## Could Quantum Computers Put an End to Today’s Encryption Methods?

The thing about revolutions is that nobody can predict when they’ll come, they just do. **Quantum computing** is going to be that kind of revolution. Quantum computers are now almost out of the science phase. They are no longer theoretical, a simple abstraction. Now, it’s the engineering part that needs to be taken care of. However, the prevailing quantum computers are still a long way off the mark. Some of the prototypes are as large as rooms. But then, there was a point we could say the same about this current era of computer. And we all know how that panned out, right?

Nobody knows how many years it’s going to take for quantum computers to take over. Some say seven, some believe fifteen, and some go as far as twenty-five. Nobody knows. It’s like forecasting weather, but even less accurate. But one day, they’re going to be a reality and we must be prepared to embrace that reality. This takes us to the technology that protects our data and privacy on the internet – Encryption. Encryption is where the repercussions of quantum computing are going to be heard the most. We’ll get to that in a moment but let’s understand the concept of quantum computing first.

### WHAT IS QUANTUM COMPUTING?

The binary system is the foundation of today’s computers. They’re called ‘bits.’ All the information that today’s classical computers take, process and store is in the strings of 0’s and 1’s. Every piece of data has a combination of many 0’s and/or 1’s attached to it. Keep in mind that it can only be 0 or 1 at a time, not both. This is exactly where quantum computers differ from classical computers. Quantum computers use **Qubits** instead of Bits. It means that they run 0 & 1 at the same time. This is called **‘the principle of superposition’**. This duality has its roots in **quantum mechanics.**

A quantum computer with *n* qubits can be in 2* ^{n} *states at a time. So, a quantum computer with two qubits can be in four states simultaneously, three qubits in eight states and so on. As a result, highly complex problems that cannot be solved by classical computers can be solved by quantum computers.

Still confused? Let’s understand this with a small game.

Suppose we draw out four cards. Three of these cards are kings and one is a queen. Now, these cards are shuffled and put with their faces down. Ok, try to guess which of these four is a queen. How do you do it? You’ll pick one randomly and hope that it’s the right one. The probability here is only 25%. Now let’s feed this puzzle into a classical computer. Let’s assign a 0 to every king and 1 to the queen. The computer will use the same method as you did – trial and error. Research shows that a classical computer will need 2.5 attempts on average to solve this problem. But, had this data been fed into a quantum computer, it could have been solved in a single attempt (whoa!). This is because quantum computers can run more than one value simultaneously.

### Bit vs Qubit

Here the number of possibilities are only four. What if the number of possible solutions is a million digits long? Classic computers run out of steam for such problems. It might take them thousands of years to solve. For quantum computers, it’s just a matter of minutes.

Google’s quantum computer is 100 million times faster than your computer. Let that sink in for a moment!

### THIS IS HOW ENCRYPTION WILL BE AFFECTED

What are the prime factors of 21? Pretty easy, right? Now do the same for a number having thousands of digits. You’d probably say it’s impossible. Well, this is the concept behind the most widely accepted asymmetric encryption system, **RSA**.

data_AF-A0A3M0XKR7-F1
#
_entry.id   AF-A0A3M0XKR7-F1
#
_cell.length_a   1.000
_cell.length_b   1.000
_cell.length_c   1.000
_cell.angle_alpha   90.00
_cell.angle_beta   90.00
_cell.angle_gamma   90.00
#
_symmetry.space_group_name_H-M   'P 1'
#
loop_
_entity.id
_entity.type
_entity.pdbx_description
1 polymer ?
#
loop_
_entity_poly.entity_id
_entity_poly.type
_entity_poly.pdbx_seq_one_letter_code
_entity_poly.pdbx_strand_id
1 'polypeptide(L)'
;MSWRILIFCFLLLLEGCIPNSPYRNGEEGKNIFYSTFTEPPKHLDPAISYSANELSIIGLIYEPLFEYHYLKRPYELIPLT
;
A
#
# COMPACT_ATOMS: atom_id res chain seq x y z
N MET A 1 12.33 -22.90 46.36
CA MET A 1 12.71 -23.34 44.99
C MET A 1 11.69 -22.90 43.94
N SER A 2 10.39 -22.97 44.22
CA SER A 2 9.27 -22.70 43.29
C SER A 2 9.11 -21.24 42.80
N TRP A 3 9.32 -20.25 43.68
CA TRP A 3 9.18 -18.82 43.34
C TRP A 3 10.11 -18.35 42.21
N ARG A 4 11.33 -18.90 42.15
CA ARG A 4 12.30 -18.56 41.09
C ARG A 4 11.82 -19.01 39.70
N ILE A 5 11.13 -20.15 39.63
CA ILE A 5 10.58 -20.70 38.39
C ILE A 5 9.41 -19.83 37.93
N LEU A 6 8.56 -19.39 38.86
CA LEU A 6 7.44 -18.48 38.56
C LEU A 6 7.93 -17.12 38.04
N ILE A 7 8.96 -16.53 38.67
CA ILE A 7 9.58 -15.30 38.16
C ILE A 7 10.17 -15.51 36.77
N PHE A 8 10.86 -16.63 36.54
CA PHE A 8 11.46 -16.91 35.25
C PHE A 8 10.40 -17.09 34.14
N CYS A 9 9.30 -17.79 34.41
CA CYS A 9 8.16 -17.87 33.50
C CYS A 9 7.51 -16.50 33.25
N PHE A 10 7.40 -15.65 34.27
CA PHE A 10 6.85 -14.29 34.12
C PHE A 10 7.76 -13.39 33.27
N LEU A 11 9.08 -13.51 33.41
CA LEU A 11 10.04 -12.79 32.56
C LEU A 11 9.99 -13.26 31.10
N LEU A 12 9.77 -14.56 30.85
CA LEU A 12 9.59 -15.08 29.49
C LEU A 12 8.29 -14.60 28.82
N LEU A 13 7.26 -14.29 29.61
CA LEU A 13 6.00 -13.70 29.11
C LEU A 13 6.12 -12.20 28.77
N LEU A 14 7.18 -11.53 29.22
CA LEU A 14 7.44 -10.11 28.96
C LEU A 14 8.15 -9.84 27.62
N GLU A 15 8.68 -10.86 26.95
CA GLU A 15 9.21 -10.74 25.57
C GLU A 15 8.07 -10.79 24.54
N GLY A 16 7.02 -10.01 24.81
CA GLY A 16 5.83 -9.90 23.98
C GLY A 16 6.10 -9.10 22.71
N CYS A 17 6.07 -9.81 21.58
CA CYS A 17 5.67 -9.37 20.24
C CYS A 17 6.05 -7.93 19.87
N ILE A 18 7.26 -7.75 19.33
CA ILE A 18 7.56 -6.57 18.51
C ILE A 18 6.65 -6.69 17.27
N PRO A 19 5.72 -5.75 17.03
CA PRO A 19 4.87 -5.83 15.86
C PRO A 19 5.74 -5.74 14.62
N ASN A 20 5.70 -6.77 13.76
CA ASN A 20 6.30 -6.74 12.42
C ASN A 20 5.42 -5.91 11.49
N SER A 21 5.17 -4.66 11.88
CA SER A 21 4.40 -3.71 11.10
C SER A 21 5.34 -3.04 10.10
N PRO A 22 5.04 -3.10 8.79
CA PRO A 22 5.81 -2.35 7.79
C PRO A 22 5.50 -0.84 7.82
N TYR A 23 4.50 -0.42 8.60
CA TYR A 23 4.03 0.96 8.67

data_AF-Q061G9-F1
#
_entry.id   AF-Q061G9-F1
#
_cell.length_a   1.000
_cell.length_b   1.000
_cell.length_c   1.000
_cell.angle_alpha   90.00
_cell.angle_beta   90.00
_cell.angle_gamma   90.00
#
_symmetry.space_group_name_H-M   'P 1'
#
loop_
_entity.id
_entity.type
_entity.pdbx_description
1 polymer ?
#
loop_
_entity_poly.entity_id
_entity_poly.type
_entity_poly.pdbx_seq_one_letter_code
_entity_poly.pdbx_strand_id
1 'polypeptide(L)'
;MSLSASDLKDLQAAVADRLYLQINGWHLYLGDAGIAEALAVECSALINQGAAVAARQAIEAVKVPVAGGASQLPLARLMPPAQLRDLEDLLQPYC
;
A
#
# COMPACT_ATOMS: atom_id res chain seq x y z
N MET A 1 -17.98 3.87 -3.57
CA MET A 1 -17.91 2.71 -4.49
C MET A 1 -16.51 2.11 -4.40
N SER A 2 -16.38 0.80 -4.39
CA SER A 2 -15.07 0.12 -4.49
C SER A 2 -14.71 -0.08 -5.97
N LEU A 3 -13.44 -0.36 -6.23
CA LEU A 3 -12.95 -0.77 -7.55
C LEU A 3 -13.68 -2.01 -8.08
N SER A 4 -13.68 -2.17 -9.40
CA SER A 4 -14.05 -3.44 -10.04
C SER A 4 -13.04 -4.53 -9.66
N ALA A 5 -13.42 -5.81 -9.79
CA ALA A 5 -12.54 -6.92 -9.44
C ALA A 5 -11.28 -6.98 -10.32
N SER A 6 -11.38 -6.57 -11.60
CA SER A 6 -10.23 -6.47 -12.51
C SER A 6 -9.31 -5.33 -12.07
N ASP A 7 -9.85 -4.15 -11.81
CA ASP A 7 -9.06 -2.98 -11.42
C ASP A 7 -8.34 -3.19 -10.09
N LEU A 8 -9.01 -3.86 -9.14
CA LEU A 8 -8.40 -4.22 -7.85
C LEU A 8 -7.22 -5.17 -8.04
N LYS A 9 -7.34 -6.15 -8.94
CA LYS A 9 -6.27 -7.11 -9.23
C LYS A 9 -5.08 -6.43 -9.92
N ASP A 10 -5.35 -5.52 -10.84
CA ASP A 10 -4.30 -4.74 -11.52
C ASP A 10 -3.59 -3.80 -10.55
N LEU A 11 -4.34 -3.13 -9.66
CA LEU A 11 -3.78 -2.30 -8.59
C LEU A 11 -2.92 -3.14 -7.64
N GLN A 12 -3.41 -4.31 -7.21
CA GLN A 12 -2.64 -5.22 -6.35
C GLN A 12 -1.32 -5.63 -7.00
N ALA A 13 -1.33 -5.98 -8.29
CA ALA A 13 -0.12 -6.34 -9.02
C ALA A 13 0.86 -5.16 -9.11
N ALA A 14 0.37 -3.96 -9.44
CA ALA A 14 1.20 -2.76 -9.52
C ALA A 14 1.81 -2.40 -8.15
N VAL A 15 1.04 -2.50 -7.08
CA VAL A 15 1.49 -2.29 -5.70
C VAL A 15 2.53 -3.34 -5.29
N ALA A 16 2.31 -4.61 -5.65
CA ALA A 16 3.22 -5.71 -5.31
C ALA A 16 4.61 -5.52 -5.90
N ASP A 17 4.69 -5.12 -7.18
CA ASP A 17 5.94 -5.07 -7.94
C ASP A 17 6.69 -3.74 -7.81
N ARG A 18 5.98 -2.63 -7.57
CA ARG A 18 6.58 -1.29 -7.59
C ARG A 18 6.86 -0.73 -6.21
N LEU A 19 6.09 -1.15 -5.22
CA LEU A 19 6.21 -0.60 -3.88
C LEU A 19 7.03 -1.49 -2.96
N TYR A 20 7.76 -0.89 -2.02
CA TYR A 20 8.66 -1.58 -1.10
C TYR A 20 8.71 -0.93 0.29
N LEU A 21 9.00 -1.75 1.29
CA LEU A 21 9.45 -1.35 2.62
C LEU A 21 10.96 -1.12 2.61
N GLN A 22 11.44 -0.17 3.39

### Impact of Quantum Computing

The RSA cryptosystem depends on this concept of prime-factorization. In RSA, the public key is obtained by multiplying prime-factors – the private keys. The public key is so large in length that it’s impossible to crack the private keys attached to it. There are 2^{112} possibilities to crack the private key. This is a certainly an enormous number – well and truly out of the reach of today’s computers. That’s the point behind every major encryption method used today. They’re designed in such a way that no computer can crack them. But when it comes to quantum computers, the story is entirely different as they’re fundamentally different from classic computers.

If we apply a quantum computer to crack the private key from the public key, it might be over before you even know it. Some say this could be done in as little as 100 seconds. It’s because a quantum computer can try so many combinations simultaneously. Thereby, posing an inescapable threat to today’s encryption methods. From protecting your passwords to safeguarding your credit card details – these encryption methods are used pretty much everywhere.

### WHAT DOES THE FUTURE HOLD?

First, there’s no need to panic. Quantum computers might be able to break some of the today’s encryption methods, but not all of them. Compared to the vastly used asymmetric encryption, symmetric encryption algorithms are somewhat safe from the threat of quantum computing. However, they might need a bit of sharpening. Dr. Michele Mosca, deputy director of the Institute for Quantum Computing at the University of Waterloo suggests **doubling the length of symmetric encryption keys** to safeguard them.

The ugly truth when it comes to quantum computing is that nobody knows when it becomes a reality. But cryptographers are fully aware of the danger and are looking to develop new techniques and algorithms. Unfortunately, research and development take time. How much? Again, nobody knows.

Such uncertainty on both sides makes this a fascinating and challenging contest.

Will quantum computers make encryption obsolete? Can scientists develop an impregnable encryption system in time? Will quantum encryption become a reality? Only time will tell.